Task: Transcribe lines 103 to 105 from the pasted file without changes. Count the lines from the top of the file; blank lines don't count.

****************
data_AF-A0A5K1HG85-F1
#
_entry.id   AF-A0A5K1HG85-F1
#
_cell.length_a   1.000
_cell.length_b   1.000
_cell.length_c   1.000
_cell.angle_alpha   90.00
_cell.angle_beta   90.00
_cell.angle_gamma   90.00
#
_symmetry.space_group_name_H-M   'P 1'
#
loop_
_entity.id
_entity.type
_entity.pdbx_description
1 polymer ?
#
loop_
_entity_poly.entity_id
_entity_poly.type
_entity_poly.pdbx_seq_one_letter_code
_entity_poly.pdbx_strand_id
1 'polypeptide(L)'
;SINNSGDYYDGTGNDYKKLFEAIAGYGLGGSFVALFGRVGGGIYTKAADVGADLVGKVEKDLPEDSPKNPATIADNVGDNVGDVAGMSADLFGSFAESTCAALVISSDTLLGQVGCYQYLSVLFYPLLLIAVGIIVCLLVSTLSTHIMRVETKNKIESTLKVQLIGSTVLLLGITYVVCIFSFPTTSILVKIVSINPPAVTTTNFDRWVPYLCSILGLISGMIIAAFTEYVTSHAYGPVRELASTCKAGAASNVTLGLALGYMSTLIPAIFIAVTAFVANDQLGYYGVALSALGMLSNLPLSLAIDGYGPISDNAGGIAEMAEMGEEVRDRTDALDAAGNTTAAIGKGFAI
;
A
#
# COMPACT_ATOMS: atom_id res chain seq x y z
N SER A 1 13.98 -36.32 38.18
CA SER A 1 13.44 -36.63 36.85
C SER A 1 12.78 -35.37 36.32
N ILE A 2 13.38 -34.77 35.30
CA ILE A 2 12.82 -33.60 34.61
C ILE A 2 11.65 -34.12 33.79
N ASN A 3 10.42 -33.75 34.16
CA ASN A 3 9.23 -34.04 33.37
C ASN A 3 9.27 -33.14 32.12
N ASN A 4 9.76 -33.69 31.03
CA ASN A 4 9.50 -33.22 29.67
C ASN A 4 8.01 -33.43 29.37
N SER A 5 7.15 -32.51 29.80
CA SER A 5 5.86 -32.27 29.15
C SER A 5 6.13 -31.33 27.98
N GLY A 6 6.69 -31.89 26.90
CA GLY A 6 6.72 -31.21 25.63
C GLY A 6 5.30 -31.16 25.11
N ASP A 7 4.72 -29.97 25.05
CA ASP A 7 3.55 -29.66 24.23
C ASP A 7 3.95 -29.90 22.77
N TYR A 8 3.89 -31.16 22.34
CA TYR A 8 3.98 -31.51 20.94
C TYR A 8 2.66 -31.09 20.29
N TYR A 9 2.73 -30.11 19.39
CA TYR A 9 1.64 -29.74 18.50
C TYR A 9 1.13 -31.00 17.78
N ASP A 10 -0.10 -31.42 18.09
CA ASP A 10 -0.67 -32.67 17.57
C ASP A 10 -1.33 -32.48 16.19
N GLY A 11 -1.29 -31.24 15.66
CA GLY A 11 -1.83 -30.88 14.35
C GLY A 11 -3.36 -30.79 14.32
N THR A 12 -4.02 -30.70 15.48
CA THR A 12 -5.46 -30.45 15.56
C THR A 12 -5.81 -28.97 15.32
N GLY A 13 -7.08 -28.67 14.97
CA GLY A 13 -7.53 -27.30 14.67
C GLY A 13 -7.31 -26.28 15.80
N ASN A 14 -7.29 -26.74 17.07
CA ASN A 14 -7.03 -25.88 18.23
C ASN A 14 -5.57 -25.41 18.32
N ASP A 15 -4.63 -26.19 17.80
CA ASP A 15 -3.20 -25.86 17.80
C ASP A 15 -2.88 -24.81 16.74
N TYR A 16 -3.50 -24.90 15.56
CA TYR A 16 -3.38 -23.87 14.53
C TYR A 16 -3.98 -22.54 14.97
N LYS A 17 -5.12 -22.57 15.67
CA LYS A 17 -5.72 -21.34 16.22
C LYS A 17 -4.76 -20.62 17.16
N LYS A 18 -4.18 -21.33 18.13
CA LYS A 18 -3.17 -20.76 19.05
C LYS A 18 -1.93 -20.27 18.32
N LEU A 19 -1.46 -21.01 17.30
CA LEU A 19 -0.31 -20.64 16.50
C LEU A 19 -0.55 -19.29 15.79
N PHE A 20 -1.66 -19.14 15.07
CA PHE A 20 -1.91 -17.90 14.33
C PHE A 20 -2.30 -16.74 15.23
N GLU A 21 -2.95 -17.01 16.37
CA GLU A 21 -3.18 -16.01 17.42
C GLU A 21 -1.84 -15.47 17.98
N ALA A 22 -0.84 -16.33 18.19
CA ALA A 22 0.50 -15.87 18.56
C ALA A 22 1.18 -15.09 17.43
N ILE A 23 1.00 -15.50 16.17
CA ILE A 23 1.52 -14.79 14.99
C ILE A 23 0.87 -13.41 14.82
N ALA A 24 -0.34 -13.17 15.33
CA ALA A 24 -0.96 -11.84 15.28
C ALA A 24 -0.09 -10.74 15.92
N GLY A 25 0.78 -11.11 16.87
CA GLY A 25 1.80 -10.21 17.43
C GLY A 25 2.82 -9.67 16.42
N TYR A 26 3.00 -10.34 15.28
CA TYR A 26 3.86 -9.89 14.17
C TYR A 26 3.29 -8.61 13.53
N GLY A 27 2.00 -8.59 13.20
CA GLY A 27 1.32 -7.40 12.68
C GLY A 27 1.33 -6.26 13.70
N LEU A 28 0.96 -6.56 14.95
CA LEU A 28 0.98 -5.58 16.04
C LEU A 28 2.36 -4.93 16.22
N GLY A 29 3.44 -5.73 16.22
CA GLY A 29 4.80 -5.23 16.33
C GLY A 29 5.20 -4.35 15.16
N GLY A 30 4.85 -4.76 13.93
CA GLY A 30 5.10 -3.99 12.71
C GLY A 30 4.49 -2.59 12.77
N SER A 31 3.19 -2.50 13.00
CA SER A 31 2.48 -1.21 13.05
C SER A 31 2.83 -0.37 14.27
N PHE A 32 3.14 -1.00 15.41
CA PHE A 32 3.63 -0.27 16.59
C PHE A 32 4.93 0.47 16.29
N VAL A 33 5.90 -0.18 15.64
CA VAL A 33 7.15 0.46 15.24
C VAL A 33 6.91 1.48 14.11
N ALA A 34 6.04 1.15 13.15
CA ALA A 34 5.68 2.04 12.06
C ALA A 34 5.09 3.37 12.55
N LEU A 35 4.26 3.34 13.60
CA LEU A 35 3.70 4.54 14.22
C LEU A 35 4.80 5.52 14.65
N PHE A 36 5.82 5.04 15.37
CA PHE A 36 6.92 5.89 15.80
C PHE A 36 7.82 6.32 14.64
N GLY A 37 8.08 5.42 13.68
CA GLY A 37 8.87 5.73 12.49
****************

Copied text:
N GLY A 25 0.78 -11.11 16.87
CA GLY A 25 1.80 -10.21 17.43
C GLY A 25 2.82 -9.67 16.42